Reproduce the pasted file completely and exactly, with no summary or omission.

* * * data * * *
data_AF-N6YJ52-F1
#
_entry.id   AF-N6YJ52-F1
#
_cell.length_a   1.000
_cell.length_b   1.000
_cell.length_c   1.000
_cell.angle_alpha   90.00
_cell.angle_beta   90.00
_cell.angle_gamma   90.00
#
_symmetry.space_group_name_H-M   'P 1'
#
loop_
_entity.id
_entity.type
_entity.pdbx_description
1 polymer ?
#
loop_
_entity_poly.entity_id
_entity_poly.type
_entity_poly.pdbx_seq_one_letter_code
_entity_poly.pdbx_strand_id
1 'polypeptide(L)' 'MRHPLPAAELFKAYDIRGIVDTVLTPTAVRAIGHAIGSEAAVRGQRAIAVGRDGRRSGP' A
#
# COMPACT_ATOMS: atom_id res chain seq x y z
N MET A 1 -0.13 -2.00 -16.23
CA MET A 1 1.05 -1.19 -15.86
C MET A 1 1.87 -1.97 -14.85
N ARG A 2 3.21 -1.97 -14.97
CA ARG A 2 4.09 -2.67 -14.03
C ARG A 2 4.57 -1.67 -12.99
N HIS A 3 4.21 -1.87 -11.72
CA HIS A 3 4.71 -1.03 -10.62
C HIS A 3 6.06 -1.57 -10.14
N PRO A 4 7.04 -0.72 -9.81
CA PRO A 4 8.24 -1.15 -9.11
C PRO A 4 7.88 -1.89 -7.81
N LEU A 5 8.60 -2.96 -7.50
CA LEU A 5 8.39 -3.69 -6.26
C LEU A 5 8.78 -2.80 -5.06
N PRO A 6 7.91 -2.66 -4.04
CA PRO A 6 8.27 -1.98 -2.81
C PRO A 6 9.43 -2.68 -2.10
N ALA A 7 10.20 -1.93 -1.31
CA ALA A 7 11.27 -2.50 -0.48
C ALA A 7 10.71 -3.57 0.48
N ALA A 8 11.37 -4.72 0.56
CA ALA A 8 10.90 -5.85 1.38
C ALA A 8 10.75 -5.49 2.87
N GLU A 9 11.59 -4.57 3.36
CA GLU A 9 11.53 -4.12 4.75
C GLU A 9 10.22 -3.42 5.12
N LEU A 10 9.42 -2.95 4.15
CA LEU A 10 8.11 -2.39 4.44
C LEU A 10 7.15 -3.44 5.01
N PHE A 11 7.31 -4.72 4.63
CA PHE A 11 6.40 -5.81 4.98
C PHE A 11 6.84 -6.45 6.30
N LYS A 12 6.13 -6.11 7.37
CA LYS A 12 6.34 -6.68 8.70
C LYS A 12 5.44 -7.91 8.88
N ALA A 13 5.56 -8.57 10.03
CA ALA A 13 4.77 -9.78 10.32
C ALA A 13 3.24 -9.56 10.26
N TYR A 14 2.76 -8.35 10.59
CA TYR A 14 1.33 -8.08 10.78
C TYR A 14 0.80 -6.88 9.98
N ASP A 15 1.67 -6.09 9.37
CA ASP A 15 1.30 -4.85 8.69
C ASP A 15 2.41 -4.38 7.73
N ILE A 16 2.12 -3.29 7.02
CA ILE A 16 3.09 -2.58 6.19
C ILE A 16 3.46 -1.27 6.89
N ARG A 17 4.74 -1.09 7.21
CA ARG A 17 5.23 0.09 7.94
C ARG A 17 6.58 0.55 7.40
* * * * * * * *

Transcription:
data_AF-N6YJ52-F1
#
_entry.id   AF-N6YJ52-F1
#
_cell.length_a   1.000
_cell.length_b   1.000
_cell.length_c   1.000
_cell.angle_alpha   90.00
_cell.angle_beta   90.00
_cell.angle_gamma   90.00
#
_symmetry.space_group_name_H-M   'P 1'
#
loop_
_entity.id
_entity.type
_entity.pdbx_description
1 polymer ?
#
loop_
_entity_poly.entity_id
_entity_poly.type
_entity_poly.pdbx_seq_one_letter_code
_entity_poly.pdbx_strand_id
1 'polypeptide(L)' 'MRHPLPAAELFKAYDIRGIVDTVLTPTAVRAIGHAIGSEAAVRGQRAIAVGRDGRRSGP' A
#
# COMPACT_ATOMS: atom_id res chain seq x y z
N MET A 1 -0.13 -2.00 -16.23
CA MET A 1 1.05 -1.19 -15.86
C MET A 1 1.87 -1.97 -14.85
N ARG A 2 3.21 -1.97 -14.97
CA ARG A 2 4.09 -2.67 -14.03
C ARG A 2 4.57 -1.67 -12.99
N HIS A 3 4.21 -1.87 -11.72
CA HIS A 3 4.71 -1.03 -10.62
C HIS A 3 6.06 -1.57 -10.14
N PRO A 4 7.04 -0.72 -9.81
CA PRO A 4 8.24 -1.15 -9.11
C PRO A 4 7.88 -1.89 -7.81
N LEU A 5 8.60 -2.96 -7.50
CA LEU A 5 8.39 -3.69 -6.26
C LEU A 5 8.78 -2.80 -5.06
N PRO A 6 7.91 -2.66 -4.04
CA PRO A 6 8.27 -1.98 -2.81
C PRO A 6 9.43 -2.68 -2.10
N ALA A 7 10.20 -1.93 -1.31
CA ALA A 7 11.27 -2.50 -0.48
C ALA A 7 10.71 -3.57 0.48
N ALA A 8 11.37 -4.72 0.56
CA ALA A 8 10.90 -5.85 1.38
C ALA A 8 10.75 -5.49 2.87
N GLU A 9 11.59 -4.57 3.36
CA GLU A 9 11.53 -4.12 4.75
C GLU A 9 10.22 -3.42 5.12
N LEU A 10 9.42 -2.95 4.15
CA LEU A 10 8.11 -2.39 4.44
C LEU A 10 7.15 -3.44 5.01
N PHE A 11 7.31 -4.72 4.63
CA PHE A 11 6.40 -5.81 4.98
C PHE A 11 6.84 -6.45 6.30
N LYS A 12 6.13 -6.11 7.37
CA LYS A 12 6.34 -6.68 8.70
C LYS A 12 5.44 -7.91 8.88
N ALA A 13 5.56 -8.57 10.03
CA ALA A 13 4.77 -9.78 10.32
C ALA A 13 3.24 -9.56 10.26
N TYR A 14 2.76 -8.35 10.59
CA TYR A 14 1.33 -8.08 10.78
C TYR A 14 0.80 -6.88 9.98
N ASP A 15 1.67 -6.09 9.37
CA ASP A 15 1.30 -4.85 8.69
C ASP A 15 2.41 -4.38 7.73
N ILE A 16 2.12 -3.29 7.02
CA ILE A 16 3.09 -2.58 6.19
C ILE A 16 3.46 -1.27 6.89
N ARG A 17 4.74 -1.09 7.21
CA ARG A 17 5.23 0.09 7.94
C ARG A 17 6.58 0.55 7.40